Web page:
Two weeks prior to the engine room fire, Carnival Triumph experienced propulsion issues that caused it to be five hours late returning to its Galveston home port on January 28, 2013, delayed the ship's departure for its next cruise from 2:30 p.m. until 8 p.m. that night, and resulted in the elimination of a scheduled stop in Cozumel because of the ship's diminished cruising speed. While in port, a Port State Control (PSC) vessel inspection by the Texas City, Texas, U.S. Coast Guard Marine Safety Unit was conducted, resulting in a finding that there was "a short in the high voltage connection box of one of the ships [sic] generators causing damage to cables within the connection box", a deficiency under 50AC SOLAS 2009 Ch 1 Reg 11. A directive with a compliance due date of February 27, 2013 was issued following the inspection, requiring that "the condition of the ship and its equipment shall be maintained to conform with the regulations to ensure that the ship in all respects will remain fit to proceed to sea without danger to the ship or persons on board." The Coast Guard Marine Information Safety and Law Enforcement System showed that this deficiency remained unresolved at the time of the subsequent fire and loss of power while at sea on February 10.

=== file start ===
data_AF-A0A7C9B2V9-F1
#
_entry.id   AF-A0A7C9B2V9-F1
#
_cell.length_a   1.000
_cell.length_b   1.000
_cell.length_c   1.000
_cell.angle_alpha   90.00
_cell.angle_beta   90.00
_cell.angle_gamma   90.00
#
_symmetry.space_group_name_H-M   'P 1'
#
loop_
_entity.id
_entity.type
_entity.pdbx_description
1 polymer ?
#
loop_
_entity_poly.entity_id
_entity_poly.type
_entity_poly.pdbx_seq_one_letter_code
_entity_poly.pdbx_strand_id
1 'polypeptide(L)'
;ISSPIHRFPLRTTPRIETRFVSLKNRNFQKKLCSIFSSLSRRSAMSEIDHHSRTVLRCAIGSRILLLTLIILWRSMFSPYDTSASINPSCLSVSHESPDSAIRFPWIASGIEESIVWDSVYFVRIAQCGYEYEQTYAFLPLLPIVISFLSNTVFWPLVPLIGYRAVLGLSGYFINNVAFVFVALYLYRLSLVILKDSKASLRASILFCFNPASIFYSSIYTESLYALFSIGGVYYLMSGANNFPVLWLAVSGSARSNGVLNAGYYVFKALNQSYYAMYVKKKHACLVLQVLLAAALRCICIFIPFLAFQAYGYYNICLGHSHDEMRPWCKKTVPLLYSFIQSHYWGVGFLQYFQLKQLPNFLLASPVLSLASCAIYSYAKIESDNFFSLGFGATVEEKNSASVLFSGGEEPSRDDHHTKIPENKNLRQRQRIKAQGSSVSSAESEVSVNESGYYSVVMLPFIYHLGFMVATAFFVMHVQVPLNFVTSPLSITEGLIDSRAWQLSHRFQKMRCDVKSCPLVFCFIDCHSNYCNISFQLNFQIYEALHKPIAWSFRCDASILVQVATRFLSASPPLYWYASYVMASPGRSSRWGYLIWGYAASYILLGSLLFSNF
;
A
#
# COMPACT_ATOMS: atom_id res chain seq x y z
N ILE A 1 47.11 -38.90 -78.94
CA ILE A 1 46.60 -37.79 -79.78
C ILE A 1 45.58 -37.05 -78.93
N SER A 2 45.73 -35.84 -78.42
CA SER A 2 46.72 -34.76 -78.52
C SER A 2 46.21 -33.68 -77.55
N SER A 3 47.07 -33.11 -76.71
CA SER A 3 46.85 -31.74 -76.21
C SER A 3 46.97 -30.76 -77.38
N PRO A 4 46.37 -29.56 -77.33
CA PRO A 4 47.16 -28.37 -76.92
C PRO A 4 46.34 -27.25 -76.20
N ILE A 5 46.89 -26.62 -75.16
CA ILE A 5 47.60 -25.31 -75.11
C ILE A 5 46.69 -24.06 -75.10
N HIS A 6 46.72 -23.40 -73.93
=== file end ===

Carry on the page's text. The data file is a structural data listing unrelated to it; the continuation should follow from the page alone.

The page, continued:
2013 mooring accident in Mobile, Alabama
On April 3, 2013, while Carnival Triumph was docked in Mobile, Alabama for repairs following the February 10 fire, strong winds caused the ship to break free from her moorings and strike a moored United States Army Corps of Engineers vessel, the Dredge Wheeler, sustaining a 20 ft (6.1 m) gash and railing damage on her stern above the water line before coming to rest against a cargo ship. The U.S. Coast Guard and tug boats responded on the scene. Two workers were in a guard shack on a 65-foot section of dock that also collapsed during the high winds. One was rescued from the water and hospitalized, but the other was recovered dead nine days later. Repairs for the ship were then delayed by ten days, causing cancellation of two more cruises before the ship service on June 13, 2013.
Carnival Triumph on the Hudson River.